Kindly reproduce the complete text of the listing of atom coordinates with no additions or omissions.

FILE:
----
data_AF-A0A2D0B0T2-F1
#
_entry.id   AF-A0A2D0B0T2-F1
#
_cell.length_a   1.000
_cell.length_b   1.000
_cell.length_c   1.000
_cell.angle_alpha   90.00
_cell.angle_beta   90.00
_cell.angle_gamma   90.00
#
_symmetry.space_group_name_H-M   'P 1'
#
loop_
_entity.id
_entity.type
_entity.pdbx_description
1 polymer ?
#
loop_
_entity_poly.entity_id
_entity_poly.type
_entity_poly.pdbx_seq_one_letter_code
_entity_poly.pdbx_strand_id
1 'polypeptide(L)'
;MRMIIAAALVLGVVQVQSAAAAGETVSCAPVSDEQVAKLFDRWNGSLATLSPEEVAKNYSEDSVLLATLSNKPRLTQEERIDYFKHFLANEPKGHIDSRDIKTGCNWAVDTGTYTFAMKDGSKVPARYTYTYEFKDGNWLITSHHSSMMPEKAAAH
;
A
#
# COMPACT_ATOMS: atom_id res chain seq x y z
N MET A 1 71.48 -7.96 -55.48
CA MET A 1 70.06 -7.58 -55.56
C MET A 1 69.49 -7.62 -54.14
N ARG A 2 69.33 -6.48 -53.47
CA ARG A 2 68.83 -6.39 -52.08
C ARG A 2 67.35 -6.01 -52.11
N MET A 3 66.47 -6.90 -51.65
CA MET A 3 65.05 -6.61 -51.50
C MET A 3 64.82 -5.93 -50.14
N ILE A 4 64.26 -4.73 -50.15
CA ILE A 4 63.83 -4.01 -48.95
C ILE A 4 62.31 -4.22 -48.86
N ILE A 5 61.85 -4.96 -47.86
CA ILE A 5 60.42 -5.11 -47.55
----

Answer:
data_AF-A0A2D0B0T2-F1
#
_entry.id   AF-A0A2D0B0T2-F1
#
_cell.length_a   1.000
_cell.length_b   1.000
_cell.length_c   1.000
_cell.angle_alpha   90.00
_cell.angle_beta   90.00
_cell.angle_gamma   90.00
#
_symmetry.space_group_name_H-M   'P 1'
#
loop_
_entity.id
_entity.type
_entity.pdbx_description
1 polymer ?
#
loop_
_entity_poly.entity_id
_entity_poly.type
_entity_poly.pdbx_seq_one_letter_code
_entity_poly.pdbx_strand_id
1 'polypeptide(L)'
;MRMIIAAALVLGVVQVQSAAAAGETVSCAPVSDEQVAKLFDRWNGSLATLSPEEVAKNYSEDSVLLATLSNKPRLTQEERIDYFKHFLANEPKGHIDSRDIKTGCNWAVDTGTYTFAMKDGSKVPARYTYTYEFKDGNWLITSHHSSMMPEKAAAH
;
A
#
# COMPACT_ATOMS: atom_id res chain seq x y z
N MET A 1 71.48 -7.96 -55.48
CA MET A 1 70.06 -7.58 -55.56
C MET A 1 69.49 -7.62 -54.14
N ARG A 2 69.33 -6.48 -53.47
CA ARG A 2 68.83 -6.39 -52.08
C ARG A 2 67.35 -6.01 -52.11
N MET A 3 66.47 -6.90 -51.65
CA MET A 3 65.05 -6.61 -51.50
C MET A 3 64.82 -5.93 -50.14
N ILE A 4 64.26 -4.73 -50.15
CA ILE A 4 63.83 -4.01 -48.95
C ILE A 4 62.31 -4.22 -48.86
N ILE A 5 61.85 -4.96 -47.86
CA ILE A 5 60.42 -5.11 -47.55